On Tuesday, Goodale warned internet companies they had to be better, faster and more open when in comes to fighting child abuse on line.

In this Friday, Jan. 12, 2018 photo, detectives use the Cellebrite system to extract information from cellphones at the State Police facility in Hamilton Township, N.J. “Operation Safety Net,” the results of which were announced in December, netted 79 people suspected of exploiting children. (Thomas P. Costello/Asbury Park Press/Canadian Press)

“If human harm is done, if a child is terrorized for the rest of their life because of what happened to them on the internet, if there are other damages and costs, then maybe the platform that made that possible should bear the financial consequences,” Goodale said.

The government plan includes $2.1 million to intensify engagement with digital industry to develop new tools online and support effective operating principles, $4.9 million for research, public engagement, awareness and collaboration with non-governmental organizations and $15.25 million to internet child exploitation units in provincial and municipal police forces across the country.

Goodale said the strategy recognizes that technology is “increasingly facilitating the easy borderless access to vast volumes of abhorrent images.”

That, he said, makes investigations increasingly complex,

“This is a race where the course is always getting longer and more complicated and advancing into brand new areas that hadn’t been anticipated five years ago or a year ago or even a week ago,” Goodale said.

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Gas prices expected to dip in Ottawa

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If you can wait an extra day to fill up the gas tank, your bank account might thank you.

Roger McKnight of Enpro is predicting a five cent dip in gas prices Wednesday night at midnight.

This comes after a four cent drop this past Friday, just ahead of the August long weekend.

McKnight said the reason for the drop, both last week and this week, is due to comments made by US President Donald Trump. 

He says after the drop, the price will be, on average, 118.9 cents/litre in the Ottawa region.

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Oka asks Ottawa to freeze Mohawk land deal, send RCMP to Kanesatake

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The town of Oka is asking the federal and provincial governments to slap a moratorium on a proposed land grant to the local Mohawk community in Kanesatake and to establish an RCMP detachment on the First Nations territory to deal with illegal cannabis sales outlets.

The requests were contained in two resolutions adopted Tuesday night by the Oka town council.

The administration of Oka Mayor Pascal Quevillon held its first public meeting since the start of the controversy that pitted the town council against the Kanesatake band council over a decision by a local promoter to give local lands to the Mohawk community.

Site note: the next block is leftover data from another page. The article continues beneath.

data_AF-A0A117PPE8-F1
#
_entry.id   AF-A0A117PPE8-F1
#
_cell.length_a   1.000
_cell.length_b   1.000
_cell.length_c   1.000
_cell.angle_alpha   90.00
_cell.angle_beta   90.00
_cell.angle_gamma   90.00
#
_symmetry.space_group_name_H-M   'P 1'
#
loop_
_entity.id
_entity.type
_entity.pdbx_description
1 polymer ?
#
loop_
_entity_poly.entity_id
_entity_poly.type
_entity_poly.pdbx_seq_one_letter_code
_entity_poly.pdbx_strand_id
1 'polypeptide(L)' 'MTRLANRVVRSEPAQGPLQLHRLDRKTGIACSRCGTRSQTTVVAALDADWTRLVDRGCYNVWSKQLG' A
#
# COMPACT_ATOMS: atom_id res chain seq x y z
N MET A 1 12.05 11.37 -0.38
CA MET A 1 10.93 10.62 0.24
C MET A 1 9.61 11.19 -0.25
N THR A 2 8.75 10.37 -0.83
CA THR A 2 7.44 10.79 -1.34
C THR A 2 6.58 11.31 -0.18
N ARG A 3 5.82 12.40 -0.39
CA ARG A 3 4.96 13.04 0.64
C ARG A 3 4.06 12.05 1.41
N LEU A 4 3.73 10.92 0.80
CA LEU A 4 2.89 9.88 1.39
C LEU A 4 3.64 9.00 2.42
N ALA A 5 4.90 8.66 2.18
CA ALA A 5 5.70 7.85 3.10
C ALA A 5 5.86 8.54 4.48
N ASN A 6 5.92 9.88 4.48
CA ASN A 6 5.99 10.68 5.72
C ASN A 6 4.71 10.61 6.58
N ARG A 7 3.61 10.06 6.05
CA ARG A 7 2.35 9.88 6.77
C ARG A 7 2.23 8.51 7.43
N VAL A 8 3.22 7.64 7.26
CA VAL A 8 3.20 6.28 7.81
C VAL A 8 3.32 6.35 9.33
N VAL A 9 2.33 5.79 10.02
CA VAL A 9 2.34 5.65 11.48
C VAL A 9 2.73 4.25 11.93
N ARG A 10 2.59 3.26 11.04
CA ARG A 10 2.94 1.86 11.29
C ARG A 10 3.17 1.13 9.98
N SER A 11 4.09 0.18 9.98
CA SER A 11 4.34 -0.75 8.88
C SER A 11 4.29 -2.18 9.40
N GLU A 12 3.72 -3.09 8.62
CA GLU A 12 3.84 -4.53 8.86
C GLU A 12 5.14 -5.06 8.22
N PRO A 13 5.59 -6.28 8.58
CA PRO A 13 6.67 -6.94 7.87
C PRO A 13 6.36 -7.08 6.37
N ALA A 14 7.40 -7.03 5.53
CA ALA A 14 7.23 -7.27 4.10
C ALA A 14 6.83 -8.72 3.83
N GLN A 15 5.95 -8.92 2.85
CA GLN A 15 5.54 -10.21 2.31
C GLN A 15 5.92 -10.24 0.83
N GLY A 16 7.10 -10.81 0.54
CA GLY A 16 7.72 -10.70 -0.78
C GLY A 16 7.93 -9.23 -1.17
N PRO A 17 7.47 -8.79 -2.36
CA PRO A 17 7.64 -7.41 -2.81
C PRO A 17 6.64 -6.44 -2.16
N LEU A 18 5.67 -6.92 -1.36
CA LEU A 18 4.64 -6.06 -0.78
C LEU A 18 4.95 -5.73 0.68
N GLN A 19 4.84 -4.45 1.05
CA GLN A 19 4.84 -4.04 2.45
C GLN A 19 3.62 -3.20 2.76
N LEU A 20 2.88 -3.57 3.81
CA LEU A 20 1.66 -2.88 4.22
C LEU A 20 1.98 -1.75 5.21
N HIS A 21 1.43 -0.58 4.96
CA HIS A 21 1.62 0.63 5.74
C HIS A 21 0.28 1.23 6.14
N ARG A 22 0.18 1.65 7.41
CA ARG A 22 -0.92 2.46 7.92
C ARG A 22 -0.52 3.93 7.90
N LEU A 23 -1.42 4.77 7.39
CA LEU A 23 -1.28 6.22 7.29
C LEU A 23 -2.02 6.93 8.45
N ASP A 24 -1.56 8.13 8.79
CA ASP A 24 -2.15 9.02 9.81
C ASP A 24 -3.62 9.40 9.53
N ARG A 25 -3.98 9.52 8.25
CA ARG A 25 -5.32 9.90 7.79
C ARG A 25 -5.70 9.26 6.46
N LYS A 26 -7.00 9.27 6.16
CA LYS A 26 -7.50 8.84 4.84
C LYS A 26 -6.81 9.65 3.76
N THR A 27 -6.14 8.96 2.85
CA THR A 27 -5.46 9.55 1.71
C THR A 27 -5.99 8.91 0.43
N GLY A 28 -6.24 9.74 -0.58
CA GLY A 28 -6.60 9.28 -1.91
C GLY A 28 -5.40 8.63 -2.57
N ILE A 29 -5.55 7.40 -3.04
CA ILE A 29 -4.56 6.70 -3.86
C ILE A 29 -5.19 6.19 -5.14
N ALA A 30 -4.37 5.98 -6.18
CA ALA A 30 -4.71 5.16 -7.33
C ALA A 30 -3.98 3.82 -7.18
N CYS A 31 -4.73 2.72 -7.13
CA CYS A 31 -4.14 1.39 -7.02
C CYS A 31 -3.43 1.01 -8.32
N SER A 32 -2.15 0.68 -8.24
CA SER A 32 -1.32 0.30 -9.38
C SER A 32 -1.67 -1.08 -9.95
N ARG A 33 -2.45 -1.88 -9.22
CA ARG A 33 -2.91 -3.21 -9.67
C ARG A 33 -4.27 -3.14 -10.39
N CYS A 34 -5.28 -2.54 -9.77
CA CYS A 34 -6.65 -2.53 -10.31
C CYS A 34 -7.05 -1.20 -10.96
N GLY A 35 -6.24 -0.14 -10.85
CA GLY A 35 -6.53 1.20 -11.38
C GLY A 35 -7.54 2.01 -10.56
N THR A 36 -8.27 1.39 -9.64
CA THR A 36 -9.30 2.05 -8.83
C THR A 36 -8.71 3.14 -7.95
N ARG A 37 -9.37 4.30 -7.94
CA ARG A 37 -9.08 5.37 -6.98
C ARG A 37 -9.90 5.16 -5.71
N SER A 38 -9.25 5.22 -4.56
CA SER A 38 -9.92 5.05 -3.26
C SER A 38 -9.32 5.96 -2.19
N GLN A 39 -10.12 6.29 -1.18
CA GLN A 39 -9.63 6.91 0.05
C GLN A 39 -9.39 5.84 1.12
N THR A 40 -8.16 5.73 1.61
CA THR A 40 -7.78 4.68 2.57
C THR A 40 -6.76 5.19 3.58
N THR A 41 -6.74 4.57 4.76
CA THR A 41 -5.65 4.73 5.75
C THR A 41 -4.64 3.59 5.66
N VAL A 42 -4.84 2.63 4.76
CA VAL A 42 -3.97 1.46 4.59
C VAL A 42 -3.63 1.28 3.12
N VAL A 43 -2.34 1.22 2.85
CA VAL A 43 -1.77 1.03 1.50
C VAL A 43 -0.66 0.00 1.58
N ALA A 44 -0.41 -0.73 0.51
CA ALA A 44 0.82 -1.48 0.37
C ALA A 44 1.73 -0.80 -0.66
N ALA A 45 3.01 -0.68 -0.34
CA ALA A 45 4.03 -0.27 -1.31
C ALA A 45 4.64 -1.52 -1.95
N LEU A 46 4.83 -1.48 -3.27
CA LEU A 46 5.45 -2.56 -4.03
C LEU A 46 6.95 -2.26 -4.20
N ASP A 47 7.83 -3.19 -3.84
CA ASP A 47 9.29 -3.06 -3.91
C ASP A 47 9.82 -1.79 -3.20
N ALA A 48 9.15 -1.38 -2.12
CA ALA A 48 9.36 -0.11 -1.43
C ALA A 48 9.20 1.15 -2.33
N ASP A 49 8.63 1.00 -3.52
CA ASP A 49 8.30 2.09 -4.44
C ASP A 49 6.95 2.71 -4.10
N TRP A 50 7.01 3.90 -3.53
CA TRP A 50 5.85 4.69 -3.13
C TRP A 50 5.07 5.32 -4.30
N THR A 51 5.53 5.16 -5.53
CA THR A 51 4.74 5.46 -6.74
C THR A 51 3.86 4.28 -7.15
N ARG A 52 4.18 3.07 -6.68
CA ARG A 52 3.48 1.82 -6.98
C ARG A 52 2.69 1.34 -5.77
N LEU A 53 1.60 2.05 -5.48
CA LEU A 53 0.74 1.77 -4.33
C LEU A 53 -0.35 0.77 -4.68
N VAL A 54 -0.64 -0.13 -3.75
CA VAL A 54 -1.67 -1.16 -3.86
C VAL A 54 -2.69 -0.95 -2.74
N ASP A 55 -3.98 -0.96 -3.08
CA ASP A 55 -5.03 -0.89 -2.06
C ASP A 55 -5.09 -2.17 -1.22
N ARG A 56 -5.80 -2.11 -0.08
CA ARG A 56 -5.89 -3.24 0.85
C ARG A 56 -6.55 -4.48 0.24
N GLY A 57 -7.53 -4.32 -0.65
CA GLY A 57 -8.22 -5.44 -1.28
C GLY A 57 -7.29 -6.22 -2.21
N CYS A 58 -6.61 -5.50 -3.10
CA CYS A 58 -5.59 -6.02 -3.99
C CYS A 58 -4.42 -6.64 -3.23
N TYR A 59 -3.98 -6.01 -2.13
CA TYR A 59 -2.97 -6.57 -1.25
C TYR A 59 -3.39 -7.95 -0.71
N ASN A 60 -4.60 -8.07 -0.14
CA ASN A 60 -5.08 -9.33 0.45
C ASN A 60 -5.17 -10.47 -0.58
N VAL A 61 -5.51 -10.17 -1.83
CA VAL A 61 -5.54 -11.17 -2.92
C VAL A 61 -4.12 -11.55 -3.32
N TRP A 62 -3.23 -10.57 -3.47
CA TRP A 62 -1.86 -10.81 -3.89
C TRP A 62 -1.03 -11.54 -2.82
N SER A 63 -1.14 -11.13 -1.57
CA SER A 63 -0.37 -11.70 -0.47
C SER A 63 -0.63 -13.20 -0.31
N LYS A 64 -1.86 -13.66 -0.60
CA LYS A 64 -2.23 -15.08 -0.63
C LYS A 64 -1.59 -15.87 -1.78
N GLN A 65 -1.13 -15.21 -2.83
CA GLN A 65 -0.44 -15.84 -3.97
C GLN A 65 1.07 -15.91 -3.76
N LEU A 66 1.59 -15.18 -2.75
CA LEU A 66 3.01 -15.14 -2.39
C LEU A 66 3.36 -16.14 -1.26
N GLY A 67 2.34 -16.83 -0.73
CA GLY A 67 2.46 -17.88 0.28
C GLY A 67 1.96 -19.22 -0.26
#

The three resolutions are addressed to Prime Minister Justin Trudeau’s government, Quebec Premier François Legault’s government and the Kanesatake band council led by Grand Chief Serge Otsi Simon.

As each resolution was read into the record, Quevillon stressed that the town of Oka was only looking to live in peaceful cohabitation with the Mohawk community.

The town also called upon Ottawa to establish a consultation process that would take into account the concerns of residents in Oka and  Kanesatake.

Quevillon’s administration also wants access to the plans detailing what lands are at the centre of negotiations between the federal government and the Mohawk community for purchase, suggesting the talks are simply a disguised form of expropriation.

“They’re giving money to (the Mohawks) to buy our land and annex it to their territory,” Quevillon said.

Despite its demands, the Oka council adopted an official statement addressed to the Kanesatake band council saying the town’s population wanted dialogue and peaceful cohabitation, with Quevillon citing the 300 years of close links between the two communities.

During the council meeting’s question period, some residents suggested that the council deal with other groups that say they are speaking for Kanesatake, including Mohawk traditionalists. Mayor Quevillon replied that the town would only deal with the band council and did so out of respect for Grand Chief Simon.

The mayor also argued that the RCMP, a federal police force, was best suited to be deployed in Kanesatake, where it would ensure the law would be respected, particularly on the issue of illegal cannabis shops.

Quevillon contended such a deployment was the only way for both communities to work together toward their mutual economic development.

Meanwhile, the apology Grand Chief Simon has said he is expecting from Quevillon for remarks he made earlier this summer about the Mohawk community in Kanesatake does not appear to be coming any time soon.

Asked by a resident if he would apologize, Quevillon left the answer to those citizens who attended the meeting, the vast majority of whom replied, “no.”